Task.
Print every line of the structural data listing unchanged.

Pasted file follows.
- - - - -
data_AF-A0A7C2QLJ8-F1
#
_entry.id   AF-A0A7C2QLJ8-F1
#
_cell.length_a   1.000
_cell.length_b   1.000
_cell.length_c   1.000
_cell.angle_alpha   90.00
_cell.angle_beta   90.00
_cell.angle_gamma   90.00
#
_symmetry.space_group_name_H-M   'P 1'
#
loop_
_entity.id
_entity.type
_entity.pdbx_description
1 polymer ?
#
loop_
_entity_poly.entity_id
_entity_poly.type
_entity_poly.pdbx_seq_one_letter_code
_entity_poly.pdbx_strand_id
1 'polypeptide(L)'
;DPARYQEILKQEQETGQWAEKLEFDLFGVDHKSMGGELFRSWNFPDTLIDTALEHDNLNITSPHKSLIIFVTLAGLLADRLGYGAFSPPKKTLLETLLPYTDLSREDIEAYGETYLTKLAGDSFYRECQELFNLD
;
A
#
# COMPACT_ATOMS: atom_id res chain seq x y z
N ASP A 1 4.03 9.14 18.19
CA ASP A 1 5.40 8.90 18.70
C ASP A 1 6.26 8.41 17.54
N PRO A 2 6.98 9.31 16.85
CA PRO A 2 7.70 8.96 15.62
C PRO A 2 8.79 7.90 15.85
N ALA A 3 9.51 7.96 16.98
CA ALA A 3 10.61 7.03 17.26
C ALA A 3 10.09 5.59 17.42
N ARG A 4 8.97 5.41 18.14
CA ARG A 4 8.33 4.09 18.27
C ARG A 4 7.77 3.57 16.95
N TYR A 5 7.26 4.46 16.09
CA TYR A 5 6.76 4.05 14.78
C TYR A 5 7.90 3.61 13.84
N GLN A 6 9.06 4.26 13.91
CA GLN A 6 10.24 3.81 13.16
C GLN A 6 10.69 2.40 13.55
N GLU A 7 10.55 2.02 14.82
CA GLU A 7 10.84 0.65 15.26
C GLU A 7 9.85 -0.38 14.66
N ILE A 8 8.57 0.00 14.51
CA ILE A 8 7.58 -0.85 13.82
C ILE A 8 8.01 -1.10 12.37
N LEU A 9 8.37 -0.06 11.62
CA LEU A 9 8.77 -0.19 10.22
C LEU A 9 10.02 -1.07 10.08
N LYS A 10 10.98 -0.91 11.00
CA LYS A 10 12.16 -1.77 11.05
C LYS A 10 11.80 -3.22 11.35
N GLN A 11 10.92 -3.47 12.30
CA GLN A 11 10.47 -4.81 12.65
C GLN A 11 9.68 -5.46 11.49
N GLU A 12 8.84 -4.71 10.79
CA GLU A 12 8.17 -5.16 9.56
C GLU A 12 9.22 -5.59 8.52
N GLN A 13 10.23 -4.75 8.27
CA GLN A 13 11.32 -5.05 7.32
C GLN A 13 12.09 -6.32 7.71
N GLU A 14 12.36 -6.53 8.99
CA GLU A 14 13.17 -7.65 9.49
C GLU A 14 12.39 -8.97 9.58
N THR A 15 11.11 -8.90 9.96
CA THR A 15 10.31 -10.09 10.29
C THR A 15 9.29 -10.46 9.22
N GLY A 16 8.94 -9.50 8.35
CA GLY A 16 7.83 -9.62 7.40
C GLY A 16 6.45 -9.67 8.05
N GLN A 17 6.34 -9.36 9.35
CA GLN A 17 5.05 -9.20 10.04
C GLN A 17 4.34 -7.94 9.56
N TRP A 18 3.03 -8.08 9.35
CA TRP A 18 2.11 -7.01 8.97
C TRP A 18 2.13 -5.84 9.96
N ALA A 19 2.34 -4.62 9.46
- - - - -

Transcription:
data_AF-A0A7C2QLJ8-F1
#
_entry.id   AF-A0A7C2QLJ8-F1
#
_cell.length_a   1.000
_cell.length_b   1.000
_cell.length_c   1.000
_cell.angle_alpha   90.00
_cell.angle_beta   90.00
_cell.angle_gamma   90.00
#
_symmetry.space_group_name_H-M   'P 1'
#
loop_
_entity.id
_entity.type
_entity.pdbx_description
1 polymer ?
#
loop_
_entity_poly.entity_id
_entity_poly.type
_entity_poly.pdbx_seq_one_letter_code
_entity_poly.pdbx_strand_id
1 'polypeptide(L)'
;DPARYQEILKQEQETGQWAEKLEFDLFGVDHKSMGGELFRSWNFPDTLIDTALEHDNLNITSPHKSLIIFVTLAGLLADRLGYGAFSPPKKTLLETLLPYTDLSREDIEAYGETYLTKLAGDSFYRECQELFNLD
;
A
#
# COMPACT_ATOMS: atom_id res chain seq x y z
N ASP A 1 4.03 9.14 18.19
CA ASP A 1 5.40 8.90 18.70
C ASP A 1 6.26 8.41 17.54
N PRO A 2 6.98 9.31 16.85
CA PRO A 2 7.70 8.96 15.62
C PRO A 2 8.79 7.90 15.85
N ALA A 3 9.51 7.96 16.98
CA ALA A 3 10.61 7.03 17.26
C ALA A 3 10.09 5.59 17.42
N ARG A 4 8.97 5.41 18.14
CA ARG A 4 8.33 4.09 18.27
C ARG A 4 7.77 3.57 16.95
N TYR A 5 7.26 4.46 16.09
CA TYR A 5 6.76 4.05 14.78
C TYR A 5 7.90 3.61 13.84
N GLN A 6 9.06 4.26 13.91
CA GLN A 6 10.24 3.81 13.16
C GLN A 6 10.69 2.40 13.55
N GLU A 7 10.55 2.02 14.82
CA GLU A 7 10.84 0.65 15.26
C GLU A 7 9.85 -0.38 14.66
N ILE A 8 8.57 0.00 14.51
CA ILE A 8 7.58 -0.85 13.82
C ILE A 8 8.01 -1.10 12.37
N LEU A 9 8.37 -0.06 11.62
CA LEU A 9 8.77 -0.19 10.22
C LEU A 9 10.02 -1.07 10.08
N LYS A 10 10.98 -0.91 11.00
CA LYS A 10 12.16 -1.77 11.05
C LYS A 10 11.80 -3.22 11.35
N GLN A 11 10.92 -3.47 12.30
CA GLN A 11 10.47 -4.81 12.65
C GLN A 11 9.68 -5.46 11.49
N GLU A 12 8.84 -4.71 10.79
CA GLU A 12 8.17 -5.16 9.56
C GLU A 12 9.22 -5.59 8.52
N GLN A 13 10.23 -4.75 8.27
CA GLN A 13 11.32 -5.05 7.32
C GLN A 13 12.09 -6.32 7.71
N GLU A 14 12.36 -6.53 8.99
CA GLU A 14 13.17 -7.65 9.49
C GLU A 14 12.39 -8.97 9.58
N THR A 15 11.11 -8.90 9.96
CA THR A 15 10.31 -10.09 10.29
C THR A 15 9.29 -10.46 9.22
N GLY A 16 8.94 -9.50 8.35
CA GLY A 16 7.83 -9.62 7.40
C GLY A 16 6.45 -9.67 8.05
N GLN A 17 6.34 -9.36 9.35
CA GLN A 17 5.05 -9.20 10.04
C GLN A 17 4.34 -7.94 9.56
N TRP A 18 3.03 -8.08 9.35
CA TRP A 18 2.11 -7.01 8.97
C TRP A 18 2.13 -5.84 9.96
N ALA A 19 2.34 -4.62 9.46